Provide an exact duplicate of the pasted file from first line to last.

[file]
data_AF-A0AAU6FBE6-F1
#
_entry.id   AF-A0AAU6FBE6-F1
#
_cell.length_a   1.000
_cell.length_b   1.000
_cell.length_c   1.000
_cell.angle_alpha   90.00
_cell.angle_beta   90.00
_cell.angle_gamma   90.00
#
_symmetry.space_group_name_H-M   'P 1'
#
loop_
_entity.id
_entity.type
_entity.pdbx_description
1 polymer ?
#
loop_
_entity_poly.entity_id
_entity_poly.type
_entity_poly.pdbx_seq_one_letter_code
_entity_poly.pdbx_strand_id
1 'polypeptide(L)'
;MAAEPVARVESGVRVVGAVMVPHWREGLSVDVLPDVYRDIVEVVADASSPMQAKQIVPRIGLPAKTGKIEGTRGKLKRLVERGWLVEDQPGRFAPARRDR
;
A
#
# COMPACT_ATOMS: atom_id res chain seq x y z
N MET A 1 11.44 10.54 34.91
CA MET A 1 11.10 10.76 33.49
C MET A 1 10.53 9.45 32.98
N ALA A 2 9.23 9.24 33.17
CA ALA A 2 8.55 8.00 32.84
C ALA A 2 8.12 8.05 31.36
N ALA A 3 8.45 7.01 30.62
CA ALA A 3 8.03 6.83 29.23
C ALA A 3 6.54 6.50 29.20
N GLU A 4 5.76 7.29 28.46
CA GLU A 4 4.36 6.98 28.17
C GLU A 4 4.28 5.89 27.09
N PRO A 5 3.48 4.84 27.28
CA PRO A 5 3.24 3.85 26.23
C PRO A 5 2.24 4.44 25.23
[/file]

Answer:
data_AF-A0AAU6FBE6-F1
#
_entry.id   AF-A0AAU6FBE6-F1
#
_cell.length_a   1.000
_cell.length_b   1.000
_cell.length_c   1.000
_cell.angle_alpha   90.00
_cell.angle_beta   90.00
_cell.angle_gamma   90.00
#
_symmetry.space_group_name_H-M   'P 1'
#
loop_
_entity.id
_entity.type
_entity.pdbx_description
1 polymer ?
#
loop_
_entity_poly.entity_id
_entity_poly.type
_entity_poly.pdbx_seq_one_letter_code
_entity_poly.pdbx_strand_id
1 'polypeptide(L)'
;MAAEPVARVESGVRVVGAVMVPHWREGLSVDVLPDVYRDIVEVVADASSPMQAKQIVPRIGLPAKTGKIEGTRGKLKRLVERGWLVEDQPGRFAPARRDR
;
A
#
# COMPACT_ATOMS: atom_id res chain seq x y z
N MET A 1 11.44 10.54 34.91
CA MET A 1 11.10 10.76 33.49
C MET A 1 10.53 9.45 32.98
N ALA A 2 9.23 9.24 33.17
CA ALA A 2 8.55 8.00 32.84
C ALA A 2 8.12 8.05 31.36
N ALA A 3 8.45 7.01 30.62
CA ALA A 3 8.03 6.83 29.23
C ALA A 3 6.54 6.50 29.20
N GLU A 4 5.76 7.29 28.46
CA GLU A 4 4.36 6.98 28.17
C GLU A 4 4.28 5.89 27.09
N PRO A 5 3.48 4.84 27.28
CA PRO A 5 3.24 3.85 26.23
C PRO A 5 2.24 4.44 25.23